Use tax is a complement to the Nebraska sales tax. It is imposed on the storage, use, distribution, or consumption of tangible personal property and certain services purchased by the end user when Nebraska sales tax has not been paid. An example is a delivery into Nebraska from an out-of-state Internet or catalog seller. See Sales and Use Tax Regulation 1-002, Consumer's Use Tax, for additional information.
How do I report and pay use tax?
Business use tax is reported by licensed retailers on the Nebraska and Local Sales and Use Tax Return, Form 10. If the business is not a retailer, use tax is reported on the Nebraska and Local Business Use Tax Return, Form 2. Individual use tax is reported on the Nebraska Individual Income Tax Return, Form 1040N, line 38, or the Nebraska and Local Individual Use Tax Return, Form 3.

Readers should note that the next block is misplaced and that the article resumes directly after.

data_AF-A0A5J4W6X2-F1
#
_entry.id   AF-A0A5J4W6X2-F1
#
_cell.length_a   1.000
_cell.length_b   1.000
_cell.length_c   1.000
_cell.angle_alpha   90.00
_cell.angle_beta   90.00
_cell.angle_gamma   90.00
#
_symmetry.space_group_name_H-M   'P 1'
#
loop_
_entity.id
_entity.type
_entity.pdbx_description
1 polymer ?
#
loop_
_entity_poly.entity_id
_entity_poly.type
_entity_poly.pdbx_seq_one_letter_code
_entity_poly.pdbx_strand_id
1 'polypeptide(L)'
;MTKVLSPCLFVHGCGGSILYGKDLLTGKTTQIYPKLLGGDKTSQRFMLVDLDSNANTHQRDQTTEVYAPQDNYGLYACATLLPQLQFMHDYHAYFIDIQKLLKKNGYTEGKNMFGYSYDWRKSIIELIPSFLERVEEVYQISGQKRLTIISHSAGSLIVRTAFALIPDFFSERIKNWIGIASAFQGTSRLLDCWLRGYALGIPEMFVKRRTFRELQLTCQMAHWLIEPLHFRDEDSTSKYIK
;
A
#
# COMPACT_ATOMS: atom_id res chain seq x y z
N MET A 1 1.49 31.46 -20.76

What services are taxed?
Several specific services and labor charges are taxed. See the "Frequently Asked Questions About Nebraska Sales and Use Tax on Certain Services," and the information guide "Nebraska and Local Sales Tax."
What labor charges are taxable?
Charges for production and assembly labor are taxable. Charges for repair and installation labor are taxable when the property being repaired, replaced, or installed is taxable. See Sales and Use Tax Regulation 1-082, Labor Charges.
For labor charges to repair agricultural equipment, please see DOR's information guides "Agricultural Machinery & Equipment" and "Well Drilling and Irrigation Industry."